The teaching style distinguishes itself from a traditional graduate seminar by involving a central element of interactive learning and by being case based. The seminar crucially depends on active participation of students. After the first foundational weeks, each week of the course discusses policy-making in a policy area in more detail. The typical lecture format will be divided into two sections: The first half of the session will be organized by the lecturer, in which the general features of policy-making in the policy field are presented and discussed. Thereafter, the second half is set aside to illustrate decision-making with a specific policy case. This session is student-led and examines decision-making in practice. The task of the student teams is to provide a sophisticated, theoretically informed view about the central features and dynamics in the case. Team presentations take about 20-25 minutes and will be followed by discussion with the whole class, organized and steered by the presenters. These presentations have to be prepared very thoroughly and should be the result of real teamwork (rather than just splitting up the work among team members). The teams have to provide information about:
• The central issues (controversial items)
• The preferences of different actors with regard to these issues: EU Commission, European Parliament, (coalitions) of member states, interests groups, additional actors
• The sources of these preferences (domestic traditions, economic structure, interest group pressure, party ideology…)
• The way decisions are taken in the case (Which actors are involved? Which types of procedures are used?)
• The main developments regarding the case and an explanation for these developments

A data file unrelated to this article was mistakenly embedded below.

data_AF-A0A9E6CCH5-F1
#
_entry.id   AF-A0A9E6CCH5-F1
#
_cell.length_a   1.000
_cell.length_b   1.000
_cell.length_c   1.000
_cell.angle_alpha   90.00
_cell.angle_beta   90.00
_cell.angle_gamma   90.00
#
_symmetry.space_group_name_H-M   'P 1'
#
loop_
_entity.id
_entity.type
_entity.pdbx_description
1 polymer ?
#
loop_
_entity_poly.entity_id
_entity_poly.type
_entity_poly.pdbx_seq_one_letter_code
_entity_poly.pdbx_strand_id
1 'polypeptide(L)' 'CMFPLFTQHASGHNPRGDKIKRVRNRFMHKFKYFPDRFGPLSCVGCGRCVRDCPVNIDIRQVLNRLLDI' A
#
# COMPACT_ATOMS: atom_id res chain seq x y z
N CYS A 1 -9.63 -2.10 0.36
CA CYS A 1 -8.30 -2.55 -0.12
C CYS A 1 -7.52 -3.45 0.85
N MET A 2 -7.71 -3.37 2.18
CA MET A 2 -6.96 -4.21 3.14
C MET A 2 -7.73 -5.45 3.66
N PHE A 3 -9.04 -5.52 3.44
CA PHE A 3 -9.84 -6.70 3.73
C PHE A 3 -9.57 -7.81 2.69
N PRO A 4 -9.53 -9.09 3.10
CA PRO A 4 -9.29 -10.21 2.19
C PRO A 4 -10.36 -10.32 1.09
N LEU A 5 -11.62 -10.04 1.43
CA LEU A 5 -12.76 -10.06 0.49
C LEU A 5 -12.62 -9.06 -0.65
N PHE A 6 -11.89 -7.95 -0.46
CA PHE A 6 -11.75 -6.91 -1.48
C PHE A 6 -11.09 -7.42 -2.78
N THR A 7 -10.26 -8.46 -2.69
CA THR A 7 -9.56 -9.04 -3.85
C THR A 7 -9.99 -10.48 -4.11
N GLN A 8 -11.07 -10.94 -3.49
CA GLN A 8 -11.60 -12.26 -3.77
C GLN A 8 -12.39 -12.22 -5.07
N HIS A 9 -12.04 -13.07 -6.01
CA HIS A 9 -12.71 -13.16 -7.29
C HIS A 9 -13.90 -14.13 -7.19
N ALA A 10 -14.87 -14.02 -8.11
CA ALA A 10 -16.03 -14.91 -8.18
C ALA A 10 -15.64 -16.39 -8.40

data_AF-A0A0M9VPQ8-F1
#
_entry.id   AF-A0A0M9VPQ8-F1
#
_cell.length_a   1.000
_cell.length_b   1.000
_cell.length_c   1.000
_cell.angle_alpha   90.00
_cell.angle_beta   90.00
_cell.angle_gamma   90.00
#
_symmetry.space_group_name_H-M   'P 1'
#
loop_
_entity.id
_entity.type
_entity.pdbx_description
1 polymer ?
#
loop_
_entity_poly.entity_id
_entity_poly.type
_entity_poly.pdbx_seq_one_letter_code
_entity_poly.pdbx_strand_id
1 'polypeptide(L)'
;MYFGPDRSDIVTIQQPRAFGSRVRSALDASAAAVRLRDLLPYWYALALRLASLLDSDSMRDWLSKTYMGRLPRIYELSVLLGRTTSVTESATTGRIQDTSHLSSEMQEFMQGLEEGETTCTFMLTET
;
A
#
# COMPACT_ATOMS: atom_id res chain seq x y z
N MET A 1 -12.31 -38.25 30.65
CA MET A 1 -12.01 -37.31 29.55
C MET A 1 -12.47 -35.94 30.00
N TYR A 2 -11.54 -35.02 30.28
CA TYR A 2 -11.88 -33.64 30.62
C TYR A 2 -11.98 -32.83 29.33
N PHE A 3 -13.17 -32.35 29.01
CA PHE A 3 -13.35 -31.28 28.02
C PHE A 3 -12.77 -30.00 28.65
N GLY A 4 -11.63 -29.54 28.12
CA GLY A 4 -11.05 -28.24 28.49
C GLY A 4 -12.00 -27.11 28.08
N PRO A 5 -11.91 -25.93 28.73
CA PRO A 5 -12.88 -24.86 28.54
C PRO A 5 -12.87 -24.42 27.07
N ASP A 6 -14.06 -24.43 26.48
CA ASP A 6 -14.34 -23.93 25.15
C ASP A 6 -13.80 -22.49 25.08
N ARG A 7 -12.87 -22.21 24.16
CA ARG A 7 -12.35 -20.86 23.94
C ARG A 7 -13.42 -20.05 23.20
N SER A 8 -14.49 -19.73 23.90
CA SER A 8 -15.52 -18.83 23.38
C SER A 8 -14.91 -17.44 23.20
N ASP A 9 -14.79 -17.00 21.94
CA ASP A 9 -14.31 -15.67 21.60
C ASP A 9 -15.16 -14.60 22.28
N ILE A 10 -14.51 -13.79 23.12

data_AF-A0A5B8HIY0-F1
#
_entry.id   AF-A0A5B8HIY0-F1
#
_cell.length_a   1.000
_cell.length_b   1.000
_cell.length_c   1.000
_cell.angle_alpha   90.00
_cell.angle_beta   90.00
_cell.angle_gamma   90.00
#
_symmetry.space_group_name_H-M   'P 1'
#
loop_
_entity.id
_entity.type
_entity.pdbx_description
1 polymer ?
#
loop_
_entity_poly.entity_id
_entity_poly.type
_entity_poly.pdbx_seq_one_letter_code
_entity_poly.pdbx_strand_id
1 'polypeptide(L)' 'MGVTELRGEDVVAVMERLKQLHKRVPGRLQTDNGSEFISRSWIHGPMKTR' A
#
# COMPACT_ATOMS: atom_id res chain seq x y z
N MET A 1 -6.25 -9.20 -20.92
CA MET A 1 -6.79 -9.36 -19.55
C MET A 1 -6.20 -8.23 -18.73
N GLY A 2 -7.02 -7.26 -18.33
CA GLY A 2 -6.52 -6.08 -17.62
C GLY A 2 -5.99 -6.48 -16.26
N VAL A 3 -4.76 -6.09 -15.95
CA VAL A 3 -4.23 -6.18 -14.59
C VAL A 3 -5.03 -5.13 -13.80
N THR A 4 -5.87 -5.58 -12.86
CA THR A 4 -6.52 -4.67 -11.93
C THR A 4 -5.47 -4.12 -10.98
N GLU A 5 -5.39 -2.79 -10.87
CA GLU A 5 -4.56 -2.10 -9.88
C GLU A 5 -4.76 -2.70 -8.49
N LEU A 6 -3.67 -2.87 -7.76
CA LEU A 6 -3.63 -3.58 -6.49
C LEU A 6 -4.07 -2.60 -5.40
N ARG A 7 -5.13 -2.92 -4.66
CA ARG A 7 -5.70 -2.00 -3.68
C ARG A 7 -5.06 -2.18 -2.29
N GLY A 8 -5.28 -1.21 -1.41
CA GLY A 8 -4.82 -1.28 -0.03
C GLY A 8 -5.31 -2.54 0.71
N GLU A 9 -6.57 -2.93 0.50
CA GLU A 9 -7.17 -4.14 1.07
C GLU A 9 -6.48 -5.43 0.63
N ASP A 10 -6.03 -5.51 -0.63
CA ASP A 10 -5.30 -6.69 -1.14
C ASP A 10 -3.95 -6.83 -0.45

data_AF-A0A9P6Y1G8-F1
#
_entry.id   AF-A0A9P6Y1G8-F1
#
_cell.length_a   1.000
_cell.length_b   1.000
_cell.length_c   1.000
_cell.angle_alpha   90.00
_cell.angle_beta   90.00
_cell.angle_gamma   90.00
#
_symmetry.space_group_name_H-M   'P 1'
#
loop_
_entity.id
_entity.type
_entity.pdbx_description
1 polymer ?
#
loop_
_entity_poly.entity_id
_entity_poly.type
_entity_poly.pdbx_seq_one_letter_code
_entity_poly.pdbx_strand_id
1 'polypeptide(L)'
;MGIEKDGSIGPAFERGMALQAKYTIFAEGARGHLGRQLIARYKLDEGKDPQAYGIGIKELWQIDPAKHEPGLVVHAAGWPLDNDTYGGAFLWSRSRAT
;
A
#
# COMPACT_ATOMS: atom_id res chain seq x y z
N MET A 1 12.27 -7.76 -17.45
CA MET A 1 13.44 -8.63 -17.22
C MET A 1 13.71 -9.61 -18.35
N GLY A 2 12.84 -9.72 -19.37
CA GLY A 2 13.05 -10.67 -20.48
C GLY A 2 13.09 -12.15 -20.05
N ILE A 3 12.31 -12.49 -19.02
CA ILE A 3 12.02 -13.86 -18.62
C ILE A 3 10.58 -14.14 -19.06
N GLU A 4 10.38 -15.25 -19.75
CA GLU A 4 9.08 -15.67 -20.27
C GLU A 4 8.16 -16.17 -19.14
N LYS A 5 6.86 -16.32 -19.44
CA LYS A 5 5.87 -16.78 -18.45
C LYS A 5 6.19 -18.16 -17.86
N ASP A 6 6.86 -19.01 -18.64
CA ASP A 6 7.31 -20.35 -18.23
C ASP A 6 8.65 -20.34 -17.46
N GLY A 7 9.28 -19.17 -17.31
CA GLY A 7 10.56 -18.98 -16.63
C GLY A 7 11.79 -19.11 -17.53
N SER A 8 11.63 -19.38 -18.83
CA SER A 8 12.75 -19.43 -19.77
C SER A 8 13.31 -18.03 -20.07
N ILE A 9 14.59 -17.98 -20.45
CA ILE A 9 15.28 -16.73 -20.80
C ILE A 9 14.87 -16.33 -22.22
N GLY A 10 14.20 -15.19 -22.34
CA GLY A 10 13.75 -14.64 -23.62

• Additional relevant questions

Revised 3 May 2022

The seminar will be based on a number of different readings and the following textbook:

  • Wallace, Helen, Pollack, Mark A., Roederer-Rynning, C and Young, Alasdair R. (2020). Policy making in the European Union (8th edition), Oxford: Oxford University Press.


Additional required literature is either electronically available (Library) or will be made available on Absalon.


In addition, the students will independently find the material needed for analysing the cases including these useful sources:

Type of assessment
Written examination
Type of assessment details
Three-day compulsory written take-home assignment
Marking scale
7-point grading scale
Censorship form
External censorship

- In the semester where the course takes place: Three-day compulsory written take-home assignment

- In subsequent semesters: Free written assignment


NB! All exams (both ordinary and re-exams) will take place at the end of the autumn semesters only, as the course is not offered in the spring.

Notice: It is only possible to enroll for one course having a 3-day compulsory written take-home assignment exam due to coincident exam periods.

Criteria for exam assessment
  • Grade 12 is given for an outstanding performance: the student lives up to the course's goal description in an independent and convincing manner with no or few and minor shortcomings
  • Grade 7 is given for a good performance: the student is confidently able to live up to the goal description, albeit with several shortcomings
  • Grade 02 is given for an adequate performance: the minimum acceptable performance in which the student is only able to live up to the goal description in an insecure and incomplete manner
  • Category
  • Hours
  • Class Instruction
  • 56
  • English
  • 56


Course number
Programme level
Full Degree Master

1 semester

Department of Political Science, Study Council
Contracting department
  • Department of Political Science
Contracting faculty
  • Faculty of Social Sciences
Course Coordinators
  • Wiebke Marie Junk   (11-81736f6c756f38747f78754a73707d38757f386e75)
  • Silje Synnøve Lyder Hermansen   (15-81777a78733c7673807b6f7c81737c4e7774813c79833c7279)
Saved on the 28-04-2023